Vitamin A, also called retinol, plays a critical role in maintaining proper health for the eyes, skin, and the immune system. Vitamin A and its precursor, beta-carotene, can be obtained from many common sources, including cheese, eggs, milk, papaya, spinach, carrots, and apricots.
Vitamin E is one of the body’s main antioxidants and is also responsible for maintaining the good health of the immune system, skin, and eyesight. Cereals, nuts, and plant oils are good sources of this vitamin, and since excess vitamin E is stored in the body, we usually have enough in stock when we can’t obtain it from our diet.
Early surveys by the CDC conducted prior to 2006 found that the average American population had adequate serum concentrations of vitamin A and E. CDC’s Second Nutrition Report, published using data collected prior to 2006 found that over 95% of the population had adequate amounts of these vitamins. However, some subsequent studies have found that up to 51% of American adults and 6% of 2 to 8-year olds consume less of vitamin A than is recommended (EWG, 2014). Even more alarming, up to 94% of adults above age 19 consume less than the recommended daily intake of vitamin E.
Vitamin D is an essential vitamin used as one of the building blocks for good bone and muscle health. It also helps to boost immunity and prevents us from certain cancers, type 2 diabetes, and cardiovascular disease. Vitamin D is found in only a handful of foods, including mushrooms, liver, egg yolk, and fatty fish.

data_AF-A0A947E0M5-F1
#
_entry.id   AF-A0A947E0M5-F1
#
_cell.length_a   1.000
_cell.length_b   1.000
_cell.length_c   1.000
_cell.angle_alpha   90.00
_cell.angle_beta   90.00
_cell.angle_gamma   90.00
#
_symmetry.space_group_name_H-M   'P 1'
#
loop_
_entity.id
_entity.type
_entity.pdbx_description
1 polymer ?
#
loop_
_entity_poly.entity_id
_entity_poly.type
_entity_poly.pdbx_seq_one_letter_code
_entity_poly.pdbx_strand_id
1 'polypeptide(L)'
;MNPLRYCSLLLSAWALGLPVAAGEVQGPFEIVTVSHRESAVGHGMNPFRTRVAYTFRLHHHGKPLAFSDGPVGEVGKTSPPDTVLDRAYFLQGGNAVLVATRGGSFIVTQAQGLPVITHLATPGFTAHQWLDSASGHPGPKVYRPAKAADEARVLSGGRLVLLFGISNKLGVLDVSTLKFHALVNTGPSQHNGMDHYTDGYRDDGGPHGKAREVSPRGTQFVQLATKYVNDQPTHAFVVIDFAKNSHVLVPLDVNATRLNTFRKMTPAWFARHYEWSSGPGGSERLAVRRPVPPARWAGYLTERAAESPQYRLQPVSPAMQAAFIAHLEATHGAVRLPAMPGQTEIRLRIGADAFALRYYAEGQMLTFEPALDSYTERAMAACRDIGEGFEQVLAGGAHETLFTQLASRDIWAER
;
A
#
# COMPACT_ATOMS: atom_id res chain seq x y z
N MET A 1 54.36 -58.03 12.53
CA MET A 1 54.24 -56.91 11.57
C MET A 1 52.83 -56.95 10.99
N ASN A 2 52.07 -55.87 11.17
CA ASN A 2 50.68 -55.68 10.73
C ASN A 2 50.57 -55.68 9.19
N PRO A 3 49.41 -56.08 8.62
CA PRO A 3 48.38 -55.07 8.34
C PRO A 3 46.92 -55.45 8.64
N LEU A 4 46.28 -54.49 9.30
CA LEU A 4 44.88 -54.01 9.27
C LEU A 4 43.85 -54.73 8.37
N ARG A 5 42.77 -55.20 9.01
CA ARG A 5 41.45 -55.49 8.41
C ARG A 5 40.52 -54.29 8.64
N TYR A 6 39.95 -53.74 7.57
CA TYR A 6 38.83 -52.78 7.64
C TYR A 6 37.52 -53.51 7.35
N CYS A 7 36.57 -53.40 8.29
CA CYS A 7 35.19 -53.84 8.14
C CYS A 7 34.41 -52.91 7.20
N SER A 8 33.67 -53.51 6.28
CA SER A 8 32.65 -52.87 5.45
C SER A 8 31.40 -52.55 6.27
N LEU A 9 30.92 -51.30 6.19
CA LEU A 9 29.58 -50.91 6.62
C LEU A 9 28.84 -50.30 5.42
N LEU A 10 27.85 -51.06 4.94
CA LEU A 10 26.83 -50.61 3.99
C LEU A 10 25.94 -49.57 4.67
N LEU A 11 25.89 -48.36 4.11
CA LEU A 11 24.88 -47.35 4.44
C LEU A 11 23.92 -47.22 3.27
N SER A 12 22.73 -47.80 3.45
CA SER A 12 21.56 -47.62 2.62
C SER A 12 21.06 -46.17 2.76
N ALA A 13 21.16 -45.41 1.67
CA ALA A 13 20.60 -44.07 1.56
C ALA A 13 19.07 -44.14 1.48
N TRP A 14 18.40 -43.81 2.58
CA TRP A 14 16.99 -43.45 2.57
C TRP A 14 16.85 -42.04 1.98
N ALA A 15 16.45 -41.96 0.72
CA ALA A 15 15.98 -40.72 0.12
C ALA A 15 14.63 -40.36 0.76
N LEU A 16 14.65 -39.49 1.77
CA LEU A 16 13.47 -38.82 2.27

Vitamin D can also be obtained by basking in the sun. When the ultraviolet rays from the sun hit our skin, a biochemical reaction is initiated that results in the production of vitamin D.
Vitamin D has become a nutrient of concern in the United States, with a dismal number of people getting the required quantities. The 2006 report by the CDC found gaping discrepancies within the population, with up to 31% of non-Hispanic blacks suffering from vitamin D deficiency. That number has since gone up across all groups, with survey data from 2014 indicating that up to 95% of adult Americans above age 19 have dietary deficiencies of vitamin D.
Restoring the Micronutrient Balance: Natural Vitamin Supplements
Micronutrient supplements offer one of the best ways for fixing the dietary problem in the United States. Some studies have attributed the low concentration of vitamins and minerals within the population to dwindling organic deposits in the soil – claims that are still yet to be scientifically verified.
ImmuneSupport is a natural immune supplement that contains a delicate balance of important micronutrients to help bridge the dietary deficiency of vitamins and minerals. ImmuneSupport contains vitamins A, C, D, and B combined with zinc, selenium, and 6 different organic elements designed to provide all the necessary recommended micronutrients. ImmuneSupport was designed to fortify your body defenses which may protect you from disease while providing the necessary vitamins for a healthy lifestyle.